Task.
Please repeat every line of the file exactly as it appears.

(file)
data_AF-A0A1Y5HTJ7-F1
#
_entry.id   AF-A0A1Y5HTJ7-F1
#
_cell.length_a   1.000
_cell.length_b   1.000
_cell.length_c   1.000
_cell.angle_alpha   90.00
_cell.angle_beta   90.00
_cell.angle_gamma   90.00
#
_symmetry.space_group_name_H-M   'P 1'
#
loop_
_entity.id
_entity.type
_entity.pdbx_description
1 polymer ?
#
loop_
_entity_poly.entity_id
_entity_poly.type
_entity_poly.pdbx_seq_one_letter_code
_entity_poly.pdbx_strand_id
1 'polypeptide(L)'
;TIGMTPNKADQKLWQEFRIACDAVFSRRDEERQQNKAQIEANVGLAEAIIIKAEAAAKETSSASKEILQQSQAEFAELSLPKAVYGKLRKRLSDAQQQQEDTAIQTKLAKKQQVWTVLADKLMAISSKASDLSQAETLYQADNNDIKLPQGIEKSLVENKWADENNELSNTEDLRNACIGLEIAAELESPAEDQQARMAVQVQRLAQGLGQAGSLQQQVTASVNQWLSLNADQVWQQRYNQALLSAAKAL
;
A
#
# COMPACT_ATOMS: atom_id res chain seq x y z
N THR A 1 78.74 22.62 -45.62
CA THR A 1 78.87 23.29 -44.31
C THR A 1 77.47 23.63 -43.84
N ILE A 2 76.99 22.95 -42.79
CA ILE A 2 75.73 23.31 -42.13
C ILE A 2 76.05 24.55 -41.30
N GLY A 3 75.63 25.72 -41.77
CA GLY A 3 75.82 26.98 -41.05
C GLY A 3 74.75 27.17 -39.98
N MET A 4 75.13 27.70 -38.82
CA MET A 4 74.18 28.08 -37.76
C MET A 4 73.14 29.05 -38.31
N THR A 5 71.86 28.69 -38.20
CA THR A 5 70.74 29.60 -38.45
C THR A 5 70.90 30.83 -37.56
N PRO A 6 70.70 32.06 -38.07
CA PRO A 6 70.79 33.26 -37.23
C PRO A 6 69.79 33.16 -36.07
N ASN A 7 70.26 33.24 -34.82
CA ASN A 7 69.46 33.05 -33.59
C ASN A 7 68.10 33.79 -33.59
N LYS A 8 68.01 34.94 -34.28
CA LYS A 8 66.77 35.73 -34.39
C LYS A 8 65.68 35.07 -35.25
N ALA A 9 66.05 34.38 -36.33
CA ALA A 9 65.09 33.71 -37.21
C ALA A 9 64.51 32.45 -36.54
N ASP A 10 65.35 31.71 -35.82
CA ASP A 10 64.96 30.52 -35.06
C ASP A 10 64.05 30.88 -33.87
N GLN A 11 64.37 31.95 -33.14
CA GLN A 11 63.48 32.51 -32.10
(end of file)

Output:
data_AF-A0A1Y5HTJ7-F1
#
_entry.id   AF-A0A1Y5HTJ7-F1
#
_cell.length_a   1.000
_cell.length_b   1.000
_cell.length_c   1.000
_cell.angle_alpha   90.00
_cell.angle_beta   90.00
_cell.angle_gamma   90.00
#
_symmetry.space_group_name_H-M   'P 1'
#
loop_
_entity.id
_entity.type
_entity.pdbx_description
1 polymer ?
#
loop_
_entity_poly.entity_id
_entity_poly.type
_entity_poly.pdbx_seq_one_letter_code
_entity_poly.pdbx_strand_id
1 'polypeptide(L)'
;TIGMTPNKADQKLWQEFRIACDAVFSRRDEERQQNKAQIEANVGLAEAIIIKAEAAAKETSSASKEILQQSQAEFAELSLPKAVYGKLRKRLSDAQQQQEDTAIQTKLAKKQQVWTVLADKLMAISSKASDLSQAETLYQADNNDIKLPQGIEKSLVENKWADENNELSNTEDLRNACIGLEIAAELESPAEDQQARMAVQVQRLAQGLGQAGSLQQQVTASVNQWLSLNADQVWQQRYNQALLSAAKAL
;
A
#
# COMPACT_ATOMS: atom_id res chain seq x y z
N THR A 1 78.74 22.62 -45.62
CA THR A 1 78.87 23.29 -44.31
C THR A 1 77.47 23.63 -43.84
N ILE A 2 76.99 22.95 -42.79
CA ILE A 2 75.73 23.31 -42.13
C ILE A 2 76.05 24.55 -41.30
N GLY A 3 75.63 25.72 -41.77
CA GLY A 3 75.82 26.98 -41.05
C GLY A 3 74.75 27.17 -39.98
N MET A 4 75.13 27.70 -38.82
CA MET A 4 74.18 28.08 -37.76
C MET A 4 73.14 29.05 -38.31
N THR A 5 71.86 28.69 -38.20
CA THR A 5 70.74 29.60 -38.45
C THR A 5 70.90 30.83 -37.56
N PRO A 6 70.70 32.06 -38.07
CA PRO A 6 70.79 33.26 -37.23
C PRO A 6 69.79 33.16 -36.07
N ASN A 7 70.26 33.24 -34.82
CA ASN A 7 69.46 33.05 -33.59
C ASN A 7 68.10 33.79 -33.59
N LYS A 8 68.01 34.94 -34.28
CA LYS A 8 66.77 35.73 -34.39
C LYS A 8 65.68 35.07 -35.25
N ALA A 9 66.05 34.38 -36.33
CA ALA A 9 65.09 33.71 -37.21
C ALA A 9 64.51 32.45 -36.54
N ASP A 10 65.35 31.71 -35.82
CA ASP A 10 64.96 30.52 -35.06
C ASP A 10 64.05 30.88 -33.87
N GLN A 11 64.37 31.95 -33.14
CA GLN A 11 63.48 32.51 -32.10